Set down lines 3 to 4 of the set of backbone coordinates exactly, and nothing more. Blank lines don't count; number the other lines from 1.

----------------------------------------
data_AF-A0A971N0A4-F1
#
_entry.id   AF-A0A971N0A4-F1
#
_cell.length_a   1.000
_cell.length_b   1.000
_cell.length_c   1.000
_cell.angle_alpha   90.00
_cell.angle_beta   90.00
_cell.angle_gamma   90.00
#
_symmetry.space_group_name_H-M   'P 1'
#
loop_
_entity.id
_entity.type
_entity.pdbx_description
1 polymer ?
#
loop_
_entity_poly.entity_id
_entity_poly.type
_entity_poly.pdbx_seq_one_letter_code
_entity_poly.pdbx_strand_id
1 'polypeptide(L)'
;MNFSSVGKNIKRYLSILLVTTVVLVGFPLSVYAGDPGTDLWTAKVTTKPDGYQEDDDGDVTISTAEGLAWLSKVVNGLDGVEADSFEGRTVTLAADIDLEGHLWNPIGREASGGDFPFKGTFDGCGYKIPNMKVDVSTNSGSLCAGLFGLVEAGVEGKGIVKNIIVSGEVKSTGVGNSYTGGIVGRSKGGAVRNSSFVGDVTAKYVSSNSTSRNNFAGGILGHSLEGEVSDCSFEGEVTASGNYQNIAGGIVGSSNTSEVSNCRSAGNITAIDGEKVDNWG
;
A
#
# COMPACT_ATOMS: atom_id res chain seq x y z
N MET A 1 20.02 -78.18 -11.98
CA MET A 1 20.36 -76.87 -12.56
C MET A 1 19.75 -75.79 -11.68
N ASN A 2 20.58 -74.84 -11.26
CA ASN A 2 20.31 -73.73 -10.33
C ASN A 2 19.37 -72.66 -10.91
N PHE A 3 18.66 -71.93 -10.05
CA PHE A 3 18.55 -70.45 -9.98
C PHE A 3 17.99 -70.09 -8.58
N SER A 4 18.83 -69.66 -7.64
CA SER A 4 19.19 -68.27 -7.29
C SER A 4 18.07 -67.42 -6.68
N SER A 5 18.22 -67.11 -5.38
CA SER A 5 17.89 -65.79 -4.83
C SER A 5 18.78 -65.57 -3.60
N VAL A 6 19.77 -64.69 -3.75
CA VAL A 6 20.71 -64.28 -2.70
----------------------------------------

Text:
_entry.id   AF-A0A971N0A4-F1
#